A relief force soon arrived, but when Lieutenant Fritz realized it was not being deployed effectively, he refused medical attention, moved once again through heavy enemy fire and took charge of the deployment of the relief force. Under Fritz’s exemplary leadership, the enemy forces were forced to retire. Lieutenant Fritz refused medical attention until all of his wounded men had been treated and evacuated from the battlefield. Fritz was promoted to Captain and received the Medal of Honor for his actions. He reached the rank of Lieutenant Colonel before retiring from the Army after 27 years of service.

Though the Roadblock Mission can be used freely with all types of forces, to get the most enjoyable games you should consider the terrain you will play on and what type of forces you are going to use. It works best when a less mobile force is the defender and a mobile force is attacking (being ambushed). If your forces are both Tank Companies for example, the choice of who is the attacker is down to a dice roll. Terrain plays an import part too, if you just play on a flat plain, or a flat plain with blobs of denser terrain that can simply be driven around by tanks and other vehicles, consider adding a bit more to the table. Remember the story, there must be a reason that the defender has picked this position to lay in wait for the attack, so think about why a commander would choose to surprise the enemy on the terrain on your table.

Surprise is one of the most powerful weapons in war. To achieve it a commander will camouflage his troops and have them hide in waiting for the enemy, their guns trained upon the path along which they expect the enemy to advance. At the critical moment the signal is given—Fire!

On the other hand, the worst position any force can find itself in is to only discover the presence of their enemy when they receive an ambuscade, a volley fired from ambush. Vehicles and weapons are caught in the open and on the march making them dangerously exposed to the unexpected fire.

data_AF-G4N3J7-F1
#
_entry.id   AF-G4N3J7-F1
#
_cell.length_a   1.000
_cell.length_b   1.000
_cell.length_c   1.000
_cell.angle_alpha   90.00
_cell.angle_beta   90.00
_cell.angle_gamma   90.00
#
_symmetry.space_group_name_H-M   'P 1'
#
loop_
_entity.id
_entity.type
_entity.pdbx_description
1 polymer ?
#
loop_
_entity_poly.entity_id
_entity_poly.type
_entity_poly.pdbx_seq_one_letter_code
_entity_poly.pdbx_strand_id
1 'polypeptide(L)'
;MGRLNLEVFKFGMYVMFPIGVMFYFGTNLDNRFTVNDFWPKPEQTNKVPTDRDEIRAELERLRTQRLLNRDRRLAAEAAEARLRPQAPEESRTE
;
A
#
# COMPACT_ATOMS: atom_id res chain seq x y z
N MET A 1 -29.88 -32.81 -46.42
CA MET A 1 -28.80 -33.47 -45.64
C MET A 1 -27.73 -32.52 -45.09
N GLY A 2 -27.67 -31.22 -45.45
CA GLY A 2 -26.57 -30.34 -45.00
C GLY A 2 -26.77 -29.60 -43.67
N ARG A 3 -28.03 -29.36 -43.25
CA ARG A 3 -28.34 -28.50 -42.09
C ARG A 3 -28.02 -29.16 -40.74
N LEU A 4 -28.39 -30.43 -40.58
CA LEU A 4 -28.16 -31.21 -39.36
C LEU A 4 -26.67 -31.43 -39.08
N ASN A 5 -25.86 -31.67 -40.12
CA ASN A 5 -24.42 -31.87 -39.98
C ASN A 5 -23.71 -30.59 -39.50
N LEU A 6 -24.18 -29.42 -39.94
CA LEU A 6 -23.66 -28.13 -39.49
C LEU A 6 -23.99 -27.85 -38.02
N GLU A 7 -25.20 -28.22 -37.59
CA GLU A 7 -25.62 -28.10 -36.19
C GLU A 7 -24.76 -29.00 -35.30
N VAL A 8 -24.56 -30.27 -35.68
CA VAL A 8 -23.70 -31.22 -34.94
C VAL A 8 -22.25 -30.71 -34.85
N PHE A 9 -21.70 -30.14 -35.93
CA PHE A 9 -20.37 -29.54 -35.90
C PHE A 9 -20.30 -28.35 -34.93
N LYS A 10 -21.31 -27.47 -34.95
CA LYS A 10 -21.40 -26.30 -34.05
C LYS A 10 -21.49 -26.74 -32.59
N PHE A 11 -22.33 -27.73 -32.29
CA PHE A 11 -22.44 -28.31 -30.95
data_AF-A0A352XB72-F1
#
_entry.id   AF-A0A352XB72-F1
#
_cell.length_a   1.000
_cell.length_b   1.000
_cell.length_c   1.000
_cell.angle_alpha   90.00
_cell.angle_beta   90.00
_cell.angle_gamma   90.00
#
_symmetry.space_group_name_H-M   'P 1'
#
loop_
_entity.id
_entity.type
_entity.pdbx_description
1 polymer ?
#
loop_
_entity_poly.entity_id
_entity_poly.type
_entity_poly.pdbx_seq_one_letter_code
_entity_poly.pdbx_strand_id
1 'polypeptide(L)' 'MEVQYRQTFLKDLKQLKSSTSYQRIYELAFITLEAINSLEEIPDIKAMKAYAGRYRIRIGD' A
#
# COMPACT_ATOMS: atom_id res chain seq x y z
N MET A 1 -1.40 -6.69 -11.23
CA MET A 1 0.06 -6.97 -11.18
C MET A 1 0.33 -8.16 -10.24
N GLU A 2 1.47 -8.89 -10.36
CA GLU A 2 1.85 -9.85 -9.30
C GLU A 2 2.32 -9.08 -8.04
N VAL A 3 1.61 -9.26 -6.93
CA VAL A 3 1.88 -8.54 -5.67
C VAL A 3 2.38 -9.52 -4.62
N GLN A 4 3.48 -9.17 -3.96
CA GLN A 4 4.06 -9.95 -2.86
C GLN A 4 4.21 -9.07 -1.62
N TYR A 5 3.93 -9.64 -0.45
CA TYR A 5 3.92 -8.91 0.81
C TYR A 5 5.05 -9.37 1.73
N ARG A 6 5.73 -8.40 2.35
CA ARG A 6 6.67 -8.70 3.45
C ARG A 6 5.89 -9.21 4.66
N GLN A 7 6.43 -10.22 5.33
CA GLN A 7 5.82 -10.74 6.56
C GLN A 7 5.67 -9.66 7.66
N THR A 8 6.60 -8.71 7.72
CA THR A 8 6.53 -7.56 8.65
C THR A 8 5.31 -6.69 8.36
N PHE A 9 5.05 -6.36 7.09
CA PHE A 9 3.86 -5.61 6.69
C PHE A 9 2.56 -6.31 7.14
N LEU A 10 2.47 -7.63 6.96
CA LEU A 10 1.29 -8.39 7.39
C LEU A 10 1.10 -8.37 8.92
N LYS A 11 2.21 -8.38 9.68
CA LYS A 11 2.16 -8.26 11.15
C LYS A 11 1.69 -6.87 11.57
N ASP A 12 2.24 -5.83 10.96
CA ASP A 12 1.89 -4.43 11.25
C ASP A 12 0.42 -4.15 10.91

In missions with the Ambuscade special rule, the defending player holds a platoon to deliver the ambuscade off the table when they deploy. After deployment, but before the game begins, the defender deploys that platoon in the specified area more than 4”/10cm from all enemy teams. The platoon delivering the ambuscade is deployed in Foxholes.

Immediately after deploying, the platoon fires its ambuscade. Every team in the platoon shoots at their full ROF using the normal shooting rules.

During this shooting all Armour Saves that would normally use the Front armour rating use the Side armour rating instead and Gun teams do not benefit from their Gun Shields as the troops are on the march and not ready for combat.

If a platoon receiving fire is a Recce Platoon, it may Disengage from this shooting as normal.

Remember that teams lost before the start of the first turn do not cause Platoon or Company Morale Checks and do not count for future Platoon or Company Morale Checks. Platoons that are Pinned Down and vehicles that are Bailed Out remain so at the start of the first turn, although they can Rally or Remount as normal.

Racing To The Rescue
Your force has been caught in an ambush. However, one of the advantages of travelling in columns is that the rest of your forces are on the road nearby and ready to race to the rescue of the platoons caught in the ambush.

At the start of each turn, the attacking player counts up the number of platoons still held off table.

If the number is four or more, then two platoons will arrive this turn, otherwise only one will.

The arriving platoons are placed on table as if arriving from Reserve along one of the attacker’s two table edges, within 16”/40cm of either end of the road at the attacking player’s choice.

Warrior and Independent teams arrive with any platoon racing to the rescue.

Download a PDF version of the Roadblock mission here...

Last Updated On Thursday, April 17, 2014 by Blake at Battlefront